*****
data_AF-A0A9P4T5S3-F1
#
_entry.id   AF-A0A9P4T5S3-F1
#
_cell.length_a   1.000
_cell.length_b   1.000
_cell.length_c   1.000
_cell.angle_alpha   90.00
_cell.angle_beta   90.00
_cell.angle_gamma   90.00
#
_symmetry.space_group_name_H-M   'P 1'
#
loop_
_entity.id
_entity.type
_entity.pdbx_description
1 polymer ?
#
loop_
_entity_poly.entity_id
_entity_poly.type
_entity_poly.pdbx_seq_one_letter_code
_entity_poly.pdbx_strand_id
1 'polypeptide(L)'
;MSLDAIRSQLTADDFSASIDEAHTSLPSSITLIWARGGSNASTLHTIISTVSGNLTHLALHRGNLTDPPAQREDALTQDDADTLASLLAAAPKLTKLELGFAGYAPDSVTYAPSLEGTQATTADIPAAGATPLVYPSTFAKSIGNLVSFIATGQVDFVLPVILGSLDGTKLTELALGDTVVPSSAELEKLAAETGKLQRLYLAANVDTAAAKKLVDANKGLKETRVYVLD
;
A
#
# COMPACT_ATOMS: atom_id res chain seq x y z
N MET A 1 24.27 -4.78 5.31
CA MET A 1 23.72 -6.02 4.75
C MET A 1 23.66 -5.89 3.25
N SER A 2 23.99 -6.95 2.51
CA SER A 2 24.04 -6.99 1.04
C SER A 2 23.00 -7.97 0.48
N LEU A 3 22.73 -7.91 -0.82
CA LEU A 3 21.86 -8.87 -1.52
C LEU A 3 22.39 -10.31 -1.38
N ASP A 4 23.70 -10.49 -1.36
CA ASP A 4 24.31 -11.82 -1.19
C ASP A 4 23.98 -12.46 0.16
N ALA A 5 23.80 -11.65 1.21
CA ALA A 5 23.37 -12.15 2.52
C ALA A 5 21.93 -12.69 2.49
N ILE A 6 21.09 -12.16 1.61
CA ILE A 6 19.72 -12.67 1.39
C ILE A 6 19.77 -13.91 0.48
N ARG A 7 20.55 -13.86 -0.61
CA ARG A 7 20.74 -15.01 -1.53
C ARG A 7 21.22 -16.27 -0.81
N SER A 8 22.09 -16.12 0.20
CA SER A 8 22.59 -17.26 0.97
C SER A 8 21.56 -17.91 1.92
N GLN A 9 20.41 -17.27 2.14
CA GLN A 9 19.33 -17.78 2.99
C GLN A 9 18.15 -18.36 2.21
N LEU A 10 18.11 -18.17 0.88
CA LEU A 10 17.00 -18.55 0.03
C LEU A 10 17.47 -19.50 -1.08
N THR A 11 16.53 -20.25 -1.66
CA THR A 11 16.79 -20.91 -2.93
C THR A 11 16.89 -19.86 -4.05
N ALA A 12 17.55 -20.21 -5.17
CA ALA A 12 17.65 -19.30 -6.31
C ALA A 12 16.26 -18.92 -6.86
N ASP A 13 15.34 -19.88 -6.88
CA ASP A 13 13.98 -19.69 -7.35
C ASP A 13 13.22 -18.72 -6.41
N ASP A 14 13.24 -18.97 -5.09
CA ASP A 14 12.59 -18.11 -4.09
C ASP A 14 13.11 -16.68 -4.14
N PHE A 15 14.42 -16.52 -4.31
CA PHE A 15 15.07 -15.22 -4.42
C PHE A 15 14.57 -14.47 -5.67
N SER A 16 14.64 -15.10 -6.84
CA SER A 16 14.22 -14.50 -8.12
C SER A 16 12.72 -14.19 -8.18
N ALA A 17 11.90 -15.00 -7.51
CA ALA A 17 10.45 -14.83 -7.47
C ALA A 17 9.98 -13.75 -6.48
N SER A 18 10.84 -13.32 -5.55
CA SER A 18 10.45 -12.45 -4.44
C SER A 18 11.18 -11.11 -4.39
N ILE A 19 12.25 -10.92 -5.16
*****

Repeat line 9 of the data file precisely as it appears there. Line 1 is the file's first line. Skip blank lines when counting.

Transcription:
_cell.angle_beta   90.00